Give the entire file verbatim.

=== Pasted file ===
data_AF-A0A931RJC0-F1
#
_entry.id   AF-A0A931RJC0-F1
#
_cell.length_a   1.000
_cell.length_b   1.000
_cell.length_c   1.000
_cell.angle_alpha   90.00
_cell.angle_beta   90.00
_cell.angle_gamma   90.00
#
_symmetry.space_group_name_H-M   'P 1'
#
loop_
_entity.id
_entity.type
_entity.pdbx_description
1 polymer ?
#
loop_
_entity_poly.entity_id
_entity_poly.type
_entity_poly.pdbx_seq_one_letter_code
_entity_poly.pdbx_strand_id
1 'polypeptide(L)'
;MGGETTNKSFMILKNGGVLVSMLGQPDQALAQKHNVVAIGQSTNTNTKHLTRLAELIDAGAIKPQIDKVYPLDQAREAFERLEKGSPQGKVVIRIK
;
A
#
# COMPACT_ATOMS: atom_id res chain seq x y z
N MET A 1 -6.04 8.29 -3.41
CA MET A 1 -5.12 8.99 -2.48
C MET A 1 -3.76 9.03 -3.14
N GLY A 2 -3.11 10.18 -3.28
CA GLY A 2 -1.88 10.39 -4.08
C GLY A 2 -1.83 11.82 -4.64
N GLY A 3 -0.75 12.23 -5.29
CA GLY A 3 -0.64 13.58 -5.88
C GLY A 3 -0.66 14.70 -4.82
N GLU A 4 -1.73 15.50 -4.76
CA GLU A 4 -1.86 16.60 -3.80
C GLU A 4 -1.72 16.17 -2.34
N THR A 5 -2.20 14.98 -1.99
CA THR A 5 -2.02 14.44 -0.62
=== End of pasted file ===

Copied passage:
data_AF-A0A931RJC0-F1
#
_entry.id   AF-A0A931RJC0-F1
#
_cell.length_a   1.000
_cell.length_b   1.000
_cell.length_c   1.000
_cell.angle_alpha   90.00
_cell.angle_beta   90.00
_cell.angle_gamma   90.00
#
_symmetry.space_group_name_H-M   'P 1'
#
loop_
_entity.id
_entity.type
_entity.pdbx_description
1 polymer ?
#
loop_
_entity_poly.entity_id
_entity_poly.type
_entity_poly.pdbx_seq_one_letter_code
_entity_poly.pdbx_strand_id
1 'polypeptide(L)'
;MGGETTNKSFMILKNGGVLVSMLGQPDQALAQKHNVVAIGQSTNTNTKHLTRLAELIDAGAIKPQIDKVYPLDQAREAFERLEKGSPQGKVVIRIK
;
A
#
# COMPACT_ATOMS: atom_id res chain seq x y z
N MET A 1 -6.04 8.29 -3.41
CA MET A 1 -5.12 8.99 -2.48
C MET A 1 -3.76 9.03 -3.14
N GLY A 2 -3.11 10.18 -3.28
CA GLY A 2 -1.88 10.39 -4.08
C GLY A 2 -1.83 11.82 -4.64
N GLY A 3 -0.75 12.23 -5.29
CA GLY A 3 -0.64 13.58 -5.88
C GLY A 3 -0.66 14.70 -4.82
N GLU A 4 -1.73 15.50 -4.76
CA GLU A 4 -1.86 16.60 -3.80
C GLU A 4 -1.72 16.17 -2.34
N THR A 5 -2.20 14.98 -1.99
CA THR A 5 -2.02 14.44 -0.62